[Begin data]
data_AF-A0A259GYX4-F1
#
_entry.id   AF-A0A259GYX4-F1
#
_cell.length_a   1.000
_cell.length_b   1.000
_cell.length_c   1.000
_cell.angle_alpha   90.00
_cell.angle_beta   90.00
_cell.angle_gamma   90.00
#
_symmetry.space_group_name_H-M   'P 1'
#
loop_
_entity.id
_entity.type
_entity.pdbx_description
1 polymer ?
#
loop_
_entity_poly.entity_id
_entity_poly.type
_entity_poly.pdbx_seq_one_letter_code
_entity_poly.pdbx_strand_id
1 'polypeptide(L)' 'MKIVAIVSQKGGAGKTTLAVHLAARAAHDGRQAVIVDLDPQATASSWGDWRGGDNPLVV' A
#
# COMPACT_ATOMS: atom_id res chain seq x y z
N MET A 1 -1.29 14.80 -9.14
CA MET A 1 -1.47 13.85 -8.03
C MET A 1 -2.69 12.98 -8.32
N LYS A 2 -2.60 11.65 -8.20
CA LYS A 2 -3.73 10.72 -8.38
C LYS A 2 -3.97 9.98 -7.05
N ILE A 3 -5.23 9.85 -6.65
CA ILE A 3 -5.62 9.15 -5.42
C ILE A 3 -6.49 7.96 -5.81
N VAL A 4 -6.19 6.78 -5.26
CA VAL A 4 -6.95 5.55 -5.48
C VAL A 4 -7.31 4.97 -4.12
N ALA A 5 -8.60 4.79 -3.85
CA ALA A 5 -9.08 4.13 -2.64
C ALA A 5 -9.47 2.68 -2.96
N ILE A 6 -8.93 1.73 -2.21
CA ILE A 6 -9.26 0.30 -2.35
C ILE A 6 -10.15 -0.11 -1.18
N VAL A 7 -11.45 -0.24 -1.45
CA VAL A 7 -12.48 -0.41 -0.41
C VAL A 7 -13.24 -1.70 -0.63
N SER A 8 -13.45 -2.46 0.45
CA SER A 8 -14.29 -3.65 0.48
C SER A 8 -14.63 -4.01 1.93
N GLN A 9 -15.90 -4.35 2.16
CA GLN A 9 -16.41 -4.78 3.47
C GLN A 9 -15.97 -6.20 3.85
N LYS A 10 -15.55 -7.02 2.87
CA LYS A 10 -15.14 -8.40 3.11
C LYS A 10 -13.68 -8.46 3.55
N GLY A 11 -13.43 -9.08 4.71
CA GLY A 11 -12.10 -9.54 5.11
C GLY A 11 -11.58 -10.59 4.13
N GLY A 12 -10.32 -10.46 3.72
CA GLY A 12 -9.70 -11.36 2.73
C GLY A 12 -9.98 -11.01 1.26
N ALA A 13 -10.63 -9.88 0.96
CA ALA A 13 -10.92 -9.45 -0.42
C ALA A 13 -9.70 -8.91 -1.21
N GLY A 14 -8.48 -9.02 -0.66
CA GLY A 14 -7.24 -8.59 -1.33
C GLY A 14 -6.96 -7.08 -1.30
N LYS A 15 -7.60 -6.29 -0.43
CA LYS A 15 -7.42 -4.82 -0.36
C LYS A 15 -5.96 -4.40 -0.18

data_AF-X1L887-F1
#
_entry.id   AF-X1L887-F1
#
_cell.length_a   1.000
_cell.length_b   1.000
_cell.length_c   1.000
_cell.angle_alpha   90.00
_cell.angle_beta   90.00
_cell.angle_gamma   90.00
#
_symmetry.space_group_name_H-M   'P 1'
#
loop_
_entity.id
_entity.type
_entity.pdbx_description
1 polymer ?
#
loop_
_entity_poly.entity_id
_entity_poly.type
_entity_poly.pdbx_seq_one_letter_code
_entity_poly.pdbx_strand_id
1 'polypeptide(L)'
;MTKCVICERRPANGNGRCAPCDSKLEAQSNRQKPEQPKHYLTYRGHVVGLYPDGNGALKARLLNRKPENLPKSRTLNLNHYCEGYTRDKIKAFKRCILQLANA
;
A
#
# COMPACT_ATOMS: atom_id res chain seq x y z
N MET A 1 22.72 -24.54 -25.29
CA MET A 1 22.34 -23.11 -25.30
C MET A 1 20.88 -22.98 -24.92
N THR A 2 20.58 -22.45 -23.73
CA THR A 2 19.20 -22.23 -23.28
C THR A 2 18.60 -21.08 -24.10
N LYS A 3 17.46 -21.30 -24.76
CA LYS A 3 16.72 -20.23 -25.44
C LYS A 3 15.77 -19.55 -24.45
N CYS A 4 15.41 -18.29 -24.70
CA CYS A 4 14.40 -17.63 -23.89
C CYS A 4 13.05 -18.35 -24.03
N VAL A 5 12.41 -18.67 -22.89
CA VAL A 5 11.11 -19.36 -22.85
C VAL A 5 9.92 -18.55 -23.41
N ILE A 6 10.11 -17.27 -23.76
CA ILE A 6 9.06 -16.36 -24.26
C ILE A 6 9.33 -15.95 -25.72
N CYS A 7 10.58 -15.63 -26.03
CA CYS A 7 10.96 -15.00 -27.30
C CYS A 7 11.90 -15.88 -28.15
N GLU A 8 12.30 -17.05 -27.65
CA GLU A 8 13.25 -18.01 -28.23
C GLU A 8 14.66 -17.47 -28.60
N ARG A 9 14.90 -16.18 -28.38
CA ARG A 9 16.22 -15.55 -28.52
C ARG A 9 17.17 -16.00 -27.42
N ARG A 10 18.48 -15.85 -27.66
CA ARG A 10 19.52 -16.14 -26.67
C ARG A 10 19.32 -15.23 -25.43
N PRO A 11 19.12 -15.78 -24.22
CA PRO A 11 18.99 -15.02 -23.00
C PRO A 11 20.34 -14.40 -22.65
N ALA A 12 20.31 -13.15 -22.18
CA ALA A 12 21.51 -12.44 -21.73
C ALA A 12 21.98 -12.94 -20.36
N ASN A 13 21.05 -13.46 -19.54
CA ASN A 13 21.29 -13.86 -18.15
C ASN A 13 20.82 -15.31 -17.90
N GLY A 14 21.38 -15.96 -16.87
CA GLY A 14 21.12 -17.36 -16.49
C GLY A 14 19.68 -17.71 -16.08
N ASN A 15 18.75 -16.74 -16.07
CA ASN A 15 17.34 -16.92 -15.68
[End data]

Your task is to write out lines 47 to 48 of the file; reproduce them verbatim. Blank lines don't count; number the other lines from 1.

CA VAL A 7 -12.48 -0.41 -0.41
C VAL A 7 -13.24 -1.70 -0.63